When lay witnesses testify, the opposing party can object for a number of reasons, including the witness's lack of personal knowledge, see United States v. Castro, 89 F.3d 1443, 1454 (11th Cir.1996), or that the opinion testimony of lay witnesses is not “helpful to the determination of a fact in issue,” F.R. Evid. 701(b).  In this case, Dulcio and St. Fleur first argue that Reddin and Ferdella's lay opinion testimony as to whether people transporting shipments of cocaine know that they are transporting cocaine violated Rule 704(b).  Because Rule 704(b) expressly applies only to expert witness testimony and Rule 704(a) expressly allows opinion testimony by non-expert witnesses,9 this argument lacks merit.

 Dulcio and St. Fleur also argue that Ferdella's testimony as a lay witness violated Federal Rule of Evidence 701's mandate that lay witnesses may not testify based on “scientific, technical, or other specialized knowledge․”  Fed.R.Evid. 701(c).  We agree that it is error to admit opinion testimony of lay witnesses based on specialized knowledge, such as Ferdella's testimony here.   See Fed.R.Evid. 701 Adv. Comm. Notes (2000) ( “Rule 701 has been amended to eliminate the risk that the reliability requirements set forth in Rule 702 [for expert witnesses] will be evaded through the simple expedient of proffering an expert in lay witness's clothing.”).   We find the error to be harmless, however, due to the other evidence against Dulcio and St. Fleur, as noted above.   See United States v. Cameron, 907 F.2d 1051, 1059 (11th Cir.1990) (“Error in the admission or exclusion of evidence is harmless if it does not affect the substantial rights of the parties.”).   Moreover, Reddin proffered the same testimony without objection.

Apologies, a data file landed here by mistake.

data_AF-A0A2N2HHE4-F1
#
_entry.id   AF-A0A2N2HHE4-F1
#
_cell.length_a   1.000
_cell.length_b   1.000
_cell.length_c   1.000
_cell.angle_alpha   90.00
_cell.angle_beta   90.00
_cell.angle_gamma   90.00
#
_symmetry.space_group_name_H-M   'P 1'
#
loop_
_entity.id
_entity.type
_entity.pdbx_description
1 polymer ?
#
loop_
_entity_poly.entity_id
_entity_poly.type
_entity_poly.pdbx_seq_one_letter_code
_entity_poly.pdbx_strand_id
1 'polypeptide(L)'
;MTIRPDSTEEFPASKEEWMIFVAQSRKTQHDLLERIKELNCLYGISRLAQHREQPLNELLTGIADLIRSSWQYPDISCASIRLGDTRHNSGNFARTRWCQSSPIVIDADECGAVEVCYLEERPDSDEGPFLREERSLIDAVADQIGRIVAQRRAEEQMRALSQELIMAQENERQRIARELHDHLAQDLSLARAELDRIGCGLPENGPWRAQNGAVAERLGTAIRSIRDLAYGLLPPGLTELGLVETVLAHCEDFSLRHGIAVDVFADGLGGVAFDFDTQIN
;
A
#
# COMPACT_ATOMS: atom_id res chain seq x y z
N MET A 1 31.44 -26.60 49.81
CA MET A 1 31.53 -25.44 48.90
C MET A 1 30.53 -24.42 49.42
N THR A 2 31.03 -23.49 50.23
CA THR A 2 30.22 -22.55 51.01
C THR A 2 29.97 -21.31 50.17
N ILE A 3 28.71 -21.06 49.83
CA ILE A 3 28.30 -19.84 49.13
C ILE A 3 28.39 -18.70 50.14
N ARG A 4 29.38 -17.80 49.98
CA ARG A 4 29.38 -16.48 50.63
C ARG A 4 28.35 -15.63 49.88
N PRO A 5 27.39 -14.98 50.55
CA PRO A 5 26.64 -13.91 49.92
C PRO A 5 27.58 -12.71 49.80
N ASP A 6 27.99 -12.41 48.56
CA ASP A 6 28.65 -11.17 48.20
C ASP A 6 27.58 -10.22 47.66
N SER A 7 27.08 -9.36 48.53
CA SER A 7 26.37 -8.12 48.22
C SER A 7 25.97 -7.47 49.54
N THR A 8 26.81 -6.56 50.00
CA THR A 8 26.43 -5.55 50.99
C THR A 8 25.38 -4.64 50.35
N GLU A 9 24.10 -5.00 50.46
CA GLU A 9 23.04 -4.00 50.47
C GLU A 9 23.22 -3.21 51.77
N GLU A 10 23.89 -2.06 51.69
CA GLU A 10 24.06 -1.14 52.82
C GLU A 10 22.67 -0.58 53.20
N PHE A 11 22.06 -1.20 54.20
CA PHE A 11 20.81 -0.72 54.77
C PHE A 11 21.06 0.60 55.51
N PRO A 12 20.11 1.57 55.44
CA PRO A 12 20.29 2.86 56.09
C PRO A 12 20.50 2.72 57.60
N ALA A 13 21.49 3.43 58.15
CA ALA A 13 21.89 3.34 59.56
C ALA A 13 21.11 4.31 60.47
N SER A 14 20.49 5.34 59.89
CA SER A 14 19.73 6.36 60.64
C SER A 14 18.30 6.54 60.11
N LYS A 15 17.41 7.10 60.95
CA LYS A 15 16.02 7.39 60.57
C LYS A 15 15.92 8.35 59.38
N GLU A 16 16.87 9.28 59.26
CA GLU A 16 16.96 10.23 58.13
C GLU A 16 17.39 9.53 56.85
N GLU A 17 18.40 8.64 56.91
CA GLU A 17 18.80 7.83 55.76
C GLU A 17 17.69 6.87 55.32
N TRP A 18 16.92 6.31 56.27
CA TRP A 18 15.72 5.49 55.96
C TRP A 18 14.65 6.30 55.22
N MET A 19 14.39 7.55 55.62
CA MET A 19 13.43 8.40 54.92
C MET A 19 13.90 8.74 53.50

B. Prosecutorial Misconduct

 Dulcio and St. Fleur argue for the first time on appeal that the superceding indictment against them was filed in bad faith and constituted prosecutorial misconduct.   Pursuant to Federal Rule of Criminal Procedure 12(b)(3)(B), a motion alleging a defect in the indictment must be raised before trial.   Since this was not the case here, this issue is deemed to have been waived.   See also United States v. Nichols, 937 F.2d 1257, 1261 (7th Cir.1991) (“Because Nichols did not object to the superseding indictment or raise the issue of prosecutorial vindictiveness below, he has also waived this issue on appeal.”).

C. Denial of St. Fleur's Proposed Jury Instruction

 Dulcio and St. Fleur next argue that the trial court erred in denying St. Fleur's proposed jury instruction on multiple conspiracies.10  We review a district court's refusal to give a jury instruction requested by the defense for abuse of discretion.  United States v. Chastain, 198 F.3d 1338, 1350 (11th Cir.1999).   For the denial of a requested jury instruction to be reversible error a defendant must show that the instruction:  “(1) was a correct statement of the law;  (2) was not adequately covered in the instructions given to the jury;  (3) concerned an issue so substantive that its omission impaired the accused's ability to present a defense;  and (4) dealt with an issue properly before the jury.”  United States v. Brazel, 102 F.3d 1120, 1139 (11th Cir.1997) (citation omitted).   Because the proposed instruction did not meet this test, we affirm the district court's decision.